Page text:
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Those flurries however, quickly turned into a serious snow storm. I was already above 10,000ft and the snow started to accumulate quickly.

I was rather surprised and started asking myself how bad it would get and what I should do.

I thought about hunkering down for the rest of the day, but I was quite concerned about not being able to cross the pass on the next day, if the storm continued with this intensity. I decided to cross at least Glenn Pass as quickly as possible, as I knew a few potential tentsites a few miles after the pass, if I had to hunker down for the day.


Well...it got crazy.

At the time I was climbing the last mile up to Glenn Pass, I was postholing through a foot of snow. The visibility was extremely bad, the wind came sideways and I felt ice on my eyebrows. I lost the trail 2 times, but managed to find it again, due to my memories from 2018. The storm was so intense that I got really concerned about my safety, especially when I reached the top of Glenn Pass. The wind was so strong on this narrow section, that it almost blew me off the mountain.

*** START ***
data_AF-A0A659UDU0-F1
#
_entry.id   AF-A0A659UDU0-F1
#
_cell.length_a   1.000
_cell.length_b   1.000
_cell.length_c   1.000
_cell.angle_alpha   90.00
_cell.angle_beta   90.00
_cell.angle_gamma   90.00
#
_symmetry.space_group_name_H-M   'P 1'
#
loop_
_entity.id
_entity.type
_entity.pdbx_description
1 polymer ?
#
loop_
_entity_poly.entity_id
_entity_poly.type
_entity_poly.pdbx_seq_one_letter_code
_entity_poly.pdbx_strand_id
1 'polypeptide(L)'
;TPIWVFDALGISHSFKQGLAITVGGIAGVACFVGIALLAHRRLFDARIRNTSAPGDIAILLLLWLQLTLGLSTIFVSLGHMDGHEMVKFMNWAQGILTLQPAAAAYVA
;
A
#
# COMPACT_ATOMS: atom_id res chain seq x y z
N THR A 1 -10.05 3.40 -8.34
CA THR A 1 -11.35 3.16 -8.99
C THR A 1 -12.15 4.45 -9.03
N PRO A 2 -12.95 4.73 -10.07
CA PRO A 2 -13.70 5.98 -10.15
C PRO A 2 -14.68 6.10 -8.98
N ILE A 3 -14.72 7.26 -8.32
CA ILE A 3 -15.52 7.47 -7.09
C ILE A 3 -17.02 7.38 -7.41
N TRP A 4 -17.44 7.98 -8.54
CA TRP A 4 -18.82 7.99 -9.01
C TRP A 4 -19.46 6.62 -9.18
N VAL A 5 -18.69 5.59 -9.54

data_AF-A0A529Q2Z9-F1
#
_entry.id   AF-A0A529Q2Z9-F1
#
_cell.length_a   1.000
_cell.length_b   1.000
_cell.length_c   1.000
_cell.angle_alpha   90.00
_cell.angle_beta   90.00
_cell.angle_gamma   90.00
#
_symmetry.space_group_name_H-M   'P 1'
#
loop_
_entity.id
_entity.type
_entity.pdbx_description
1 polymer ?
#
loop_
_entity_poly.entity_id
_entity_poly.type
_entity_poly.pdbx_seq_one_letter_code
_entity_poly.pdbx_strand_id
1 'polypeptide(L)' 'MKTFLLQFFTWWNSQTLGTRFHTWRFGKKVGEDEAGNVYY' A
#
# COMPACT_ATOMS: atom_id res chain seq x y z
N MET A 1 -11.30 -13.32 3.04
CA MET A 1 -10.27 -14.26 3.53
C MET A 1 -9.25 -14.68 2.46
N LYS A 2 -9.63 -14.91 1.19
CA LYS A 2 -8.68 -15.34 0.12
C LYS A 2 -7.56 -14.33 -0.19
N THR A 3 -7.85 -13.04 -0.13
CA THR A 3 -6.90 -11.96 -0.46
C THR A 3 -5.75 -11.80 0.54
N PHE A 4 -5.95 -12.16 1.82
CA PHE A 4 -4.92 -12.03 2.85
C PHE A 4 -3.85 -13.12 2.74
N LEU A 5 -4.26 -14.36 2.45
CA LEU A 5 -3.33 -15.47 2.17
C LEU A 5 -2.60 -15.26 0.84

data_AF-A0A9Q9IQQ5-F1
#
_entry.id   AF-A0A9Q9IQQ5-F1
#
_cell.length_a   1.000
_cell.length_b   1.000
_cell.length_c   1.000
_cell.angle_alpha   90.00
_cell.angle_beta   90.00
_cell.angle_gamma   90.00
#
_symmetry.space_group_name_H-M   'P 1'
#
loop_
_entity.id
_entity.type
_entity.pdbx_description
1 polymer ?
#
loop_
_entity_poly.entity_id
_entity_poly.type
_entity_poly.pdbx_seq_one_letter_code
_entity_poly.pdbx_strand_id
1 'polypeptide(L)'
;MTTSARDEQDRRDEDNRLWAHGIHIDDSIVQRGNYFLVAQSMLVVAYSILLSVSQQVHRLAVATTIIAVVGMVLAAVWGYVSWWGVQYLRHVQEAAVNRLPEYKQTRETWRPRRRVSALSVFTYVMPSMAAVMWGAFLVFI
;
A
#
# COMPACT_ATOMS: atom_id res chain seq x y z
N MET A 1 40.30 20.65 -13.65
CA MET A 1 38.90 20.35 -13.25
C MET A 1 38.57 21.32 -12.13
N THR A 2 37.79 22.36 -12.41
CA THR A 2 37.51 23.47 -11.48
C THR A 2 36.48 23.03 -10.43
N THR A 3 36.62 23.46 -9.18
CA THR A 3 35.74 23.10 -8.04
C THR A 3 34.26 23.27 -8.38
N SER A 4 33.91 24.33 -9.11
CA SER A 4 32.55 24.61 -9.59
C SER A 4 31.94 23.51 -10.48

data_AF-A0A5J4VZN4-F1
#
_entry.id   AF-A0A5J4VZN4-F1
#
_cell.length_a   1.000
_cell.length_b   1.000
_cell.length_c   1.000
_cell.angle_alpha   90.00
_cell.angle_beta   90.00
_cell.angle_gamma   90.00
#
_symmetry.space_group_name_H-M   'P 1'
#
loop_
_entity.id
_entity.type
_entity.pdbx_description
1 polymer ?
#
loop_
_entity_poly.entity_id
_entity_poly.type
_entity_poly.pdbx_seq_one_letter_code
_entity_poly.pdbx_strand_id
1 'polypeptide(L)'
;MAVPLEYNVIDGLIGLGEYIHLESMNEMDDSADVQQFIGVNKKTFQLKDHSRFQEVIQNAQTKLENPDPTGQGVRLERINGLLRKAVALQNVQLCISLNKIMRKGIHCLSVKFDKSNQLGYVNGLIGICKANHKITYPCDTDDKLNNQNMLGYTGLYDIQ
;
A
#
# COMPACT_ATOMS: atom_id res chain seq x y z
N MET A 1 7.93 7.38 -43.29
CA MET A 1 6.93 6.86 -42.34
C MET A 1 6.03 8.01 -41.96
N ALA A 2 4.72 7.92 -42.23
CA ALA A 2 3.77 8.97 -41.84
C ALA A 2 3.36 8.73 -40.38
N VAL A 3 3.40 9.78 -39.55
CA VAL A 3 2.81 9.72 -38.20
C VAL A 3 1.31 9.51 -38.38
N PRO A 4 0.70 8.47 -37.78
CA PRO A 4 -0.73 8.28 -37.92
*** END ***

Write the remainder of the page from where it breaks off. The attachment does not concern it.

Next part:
Making progress through the snow was extremely difficult. I had crossed the Sierra in May 2018 with a lot more snow, than I experienced now, but that snow had been consolidated and I had the proper equipment (ice-axe, micro-spikes, waterproof socks...).

Now the snow was soft and I couldn't see what I was stepping on. It got slippery and I stumbled up and down the mountain. My gloves are just rags after 6months of hiking and my fingers got extremely cold.


At the top of Glenn Pass my only thought was getting down as quickly as possible. I had to find a more sheltered place, before being trapped by the snow. I was so focused on getting down, that I didn't take any pictures.


Staying on trail was hard. It was close to whiteout conditions and the wind blew so hard in my face, that i could hardly see where I was hiking. I was lucky to remember the trail so well from 2018, otherwise I would have probably gone of trail several times.

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Luckily the storm eased off after a few hours and about 1.5miles after Glenn Passed I finally relaxed a little bit. By that time, I was only half a mile from the junction to Kearsarge Pass.